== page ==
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Options for Mobilizing Local Revenues

Enid Slack University of Toronto and IPTI Presentation to IPTI 13th International Conference Adelaide, Australia April 27, 2010

Outline of Presentation

Matching revenue tools to expenditure responsibilities What is a local tax? Criteria for a good local tax Which local taxes and charges? International patterns of local taxation The need for a mix of taxes Concluding comments
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Matching Revenue Tools to Expenditure Responsibilities

As much as possible, each government should finance expenditures out of own revenues:

Local autonomy Responsibility and accountability Stability and predictability of revenues

Presentation focuses on local options for revenue mobilization


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Different Types of Services Different Financial Tools


Private Public Redistributive Spillovers
Water Police Social assist. Roads/transit Sewers Fire Social housing Culture Garbage Local parks Social assistance Transit Street lights ___________________________________________________

User fees

Property tax

Income tax

Transfers
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What is a Local Tax?

A local tax is one where the local government:


determines whether the tax is imposed determines the tax base sets the tax rate collects the revenue and enforces the tax receives the revenue
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What is a Local Tax?

Rarely are all decisions made by local governments Local tax rate setting is essential to being a local tax

The level of government making the spending decisions should set the tax rate
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Criteria for a Good Local Tax


Immobile tax base Adequate, stable and predictable tax yield

Difficult to export
Visible and accountable

Fair
Minimize harmful inter-municipal competition

Easy to administer and collect

Not all criteria can be met at the same time


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Which Local Taxes and Charges?

User charges
Property tax Personal income tax Consumption taxes

General sales tax Specific excise taxes (e.g. vehicle registration)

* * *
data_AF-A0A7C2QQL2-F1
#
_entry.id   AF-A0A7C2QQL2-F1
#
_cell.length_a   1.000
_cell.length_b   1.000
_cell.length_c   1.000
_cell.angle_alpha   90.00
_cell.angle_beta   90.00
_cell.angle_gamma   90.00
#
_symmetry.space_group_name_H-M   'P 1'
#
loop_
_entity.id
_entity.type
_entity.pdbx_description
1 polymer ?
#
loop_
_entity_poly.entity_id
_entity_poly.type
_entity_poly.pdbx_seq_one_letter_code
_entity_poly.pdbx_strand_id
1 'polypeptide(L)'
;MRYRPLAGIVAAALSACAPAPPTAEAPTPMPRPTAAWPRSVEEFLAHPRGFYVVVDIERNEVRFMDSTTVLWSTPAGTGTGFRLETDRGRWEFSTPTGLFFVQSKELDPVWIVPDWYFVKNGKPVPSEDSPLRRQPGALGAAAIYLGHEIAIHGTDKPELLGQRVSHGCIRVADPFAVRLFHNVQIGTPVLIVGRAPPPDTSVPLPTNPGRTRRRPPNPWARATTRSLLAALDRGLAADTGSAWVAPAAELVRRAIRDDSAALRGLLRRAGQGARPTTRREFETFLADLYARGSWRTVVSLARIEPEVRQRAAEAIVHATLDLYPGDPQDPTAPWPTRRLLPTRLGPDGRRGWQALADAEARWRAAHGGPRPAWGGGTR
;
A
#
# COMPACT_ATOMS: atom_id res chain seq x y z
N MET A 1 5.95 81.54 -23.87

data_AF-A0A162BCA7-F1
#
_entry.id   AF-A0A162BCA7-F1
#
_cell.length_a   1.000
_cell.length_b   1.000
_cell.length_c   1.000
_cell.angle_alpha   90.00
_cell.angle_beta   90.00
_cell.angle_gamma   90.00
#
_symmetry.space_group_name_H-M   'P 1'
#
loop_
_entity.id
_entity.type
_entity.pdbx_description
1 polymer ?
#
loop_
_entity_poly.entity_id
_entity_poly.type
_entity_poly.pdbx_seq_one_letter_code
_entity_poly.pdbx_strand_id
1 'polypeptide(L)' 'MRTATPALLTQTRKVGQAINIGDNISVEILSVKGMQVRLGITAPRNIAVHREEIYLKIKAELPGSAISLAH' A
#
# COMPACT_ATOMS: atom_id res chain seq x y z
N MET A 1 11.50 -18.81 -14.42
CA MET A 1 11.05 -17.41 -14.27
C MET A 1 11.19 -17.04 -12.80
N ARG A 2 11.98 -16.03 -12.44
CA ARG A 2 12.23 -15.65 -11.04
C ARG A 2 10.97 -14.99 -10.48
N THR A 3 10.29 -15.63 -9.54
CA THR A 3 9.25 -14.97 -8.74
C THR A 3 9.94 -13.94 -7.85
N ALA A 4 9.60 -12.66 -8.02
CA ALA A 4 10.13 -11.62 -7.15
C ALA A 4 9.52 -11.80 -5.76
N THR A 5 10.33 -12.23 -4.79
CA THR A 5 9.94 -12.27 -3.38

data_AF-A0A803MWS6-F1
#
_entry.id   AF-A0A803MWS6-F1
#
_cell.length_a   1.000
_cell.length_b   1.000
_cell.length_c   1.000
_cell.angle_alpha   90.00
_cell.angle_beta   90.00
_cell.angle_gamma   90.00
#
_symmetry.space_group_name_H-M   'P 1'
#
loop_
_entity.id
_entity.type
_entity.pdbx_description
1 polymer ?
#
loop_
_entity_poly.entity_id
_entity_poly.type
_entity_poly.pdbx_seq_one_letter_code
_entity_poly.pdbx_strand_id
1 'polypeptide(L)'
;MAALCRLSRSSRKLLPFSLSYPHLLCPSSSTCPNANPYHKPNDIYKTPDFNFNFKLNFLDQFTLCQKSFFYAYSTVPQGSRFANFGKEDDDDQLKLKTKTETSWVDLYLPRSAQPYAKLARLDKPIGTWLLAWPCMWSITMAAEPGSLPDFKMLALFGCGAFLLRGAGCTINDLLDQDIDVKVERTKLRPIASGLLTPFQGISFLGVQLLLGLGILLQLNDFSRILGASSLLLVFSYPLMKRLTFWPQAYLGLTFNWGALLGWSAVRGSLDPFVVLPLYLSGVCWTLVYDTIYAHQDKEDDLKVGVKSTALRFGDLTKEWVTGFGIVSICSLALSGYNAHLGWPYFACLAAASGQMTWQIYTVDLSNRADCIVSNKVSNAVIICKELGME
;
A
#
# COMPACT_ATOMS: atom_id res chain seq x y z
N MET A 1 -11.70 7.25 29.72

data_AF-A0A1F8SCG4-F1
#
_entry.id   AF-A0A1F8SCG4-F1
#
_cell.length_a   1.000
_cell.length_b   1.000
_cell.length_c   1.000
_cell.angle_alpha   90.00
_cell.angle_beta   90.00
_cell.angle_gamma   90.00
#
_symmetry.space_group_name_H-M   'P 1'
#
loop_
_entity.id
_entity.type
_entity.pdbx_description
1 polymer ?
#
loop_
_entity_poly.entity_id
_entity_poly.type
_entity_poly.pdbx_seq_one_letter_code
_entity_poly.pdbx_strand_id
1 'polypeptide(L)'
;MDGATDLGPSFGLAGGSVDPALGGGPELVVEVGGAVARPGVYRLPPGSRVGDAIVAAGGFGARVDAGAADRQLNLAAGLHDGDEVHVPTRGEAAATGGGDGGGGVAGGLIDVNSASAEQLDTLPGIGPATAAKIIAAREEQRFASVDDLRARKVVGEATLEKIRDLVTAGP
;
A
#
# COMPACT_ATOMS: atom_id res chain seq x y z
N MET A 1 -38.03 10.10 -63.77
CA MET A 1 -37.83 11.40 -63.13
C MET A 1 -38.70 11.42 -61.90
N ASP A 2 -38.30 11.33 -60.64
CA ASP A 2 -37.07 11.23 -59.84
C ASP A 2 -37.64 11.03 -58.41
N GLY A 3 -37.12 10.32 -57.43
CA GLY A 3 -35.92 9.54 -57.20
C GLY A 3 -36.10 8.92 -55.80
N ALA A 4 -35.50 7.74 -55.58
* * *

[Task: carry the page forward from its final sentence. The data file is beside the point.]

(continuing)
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User Charges: Types

Service fees e.g. license fees Public prices from the sale of private goods and services e.g. water, transit, garbage collection, recreation Specific benefit taxes compulsory contributions to local revenues; related to benefits received e.g. supplementary property taxes to pay for sidewalks or street lighting
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User Charges

Promote efficient use of resources in the public sector (when properly designed) because they provide information to government on how much citizens are willing to pay for services Ensure what public sector provides is valued by citizens Link expenditures and revenues Reduce over-consumption (when consumers are required to pay the cost) Give appropriate capital investment signals reduces demand for infrastructure
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User Charges: Problems


Can be costly to price (e.g. metering for water) Need cost information (e.g. need to know longterm capital costs, infrastructure investments) Distributional consequences may be undesirable Need to be able to identify the beneficiaries and exclude those who dont pay Hard to increase public sector prices (e.g. transit fares) Rarely implemented correctly
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Property Tax: Advantages

Property cannot run away and hide from tax collectors


There is a connection between municipal services and property values (equitable based on benefits received) It is visible and accountable It can promote local autonomy It is not necessarily regressive (equitable based on ability to pay)
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Property Tax: Problems

Not based on benefits-received for some services Can distort decisions to invest in property Inelastic (especially if assessments are not updated) Can be volatile (not stable and predictable for taxpayers) Tendency to over-tax business properties

Costly administration (identification, assessment, collection and enforcement)


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Personal Income Tax: Advantages

Elastic revenue source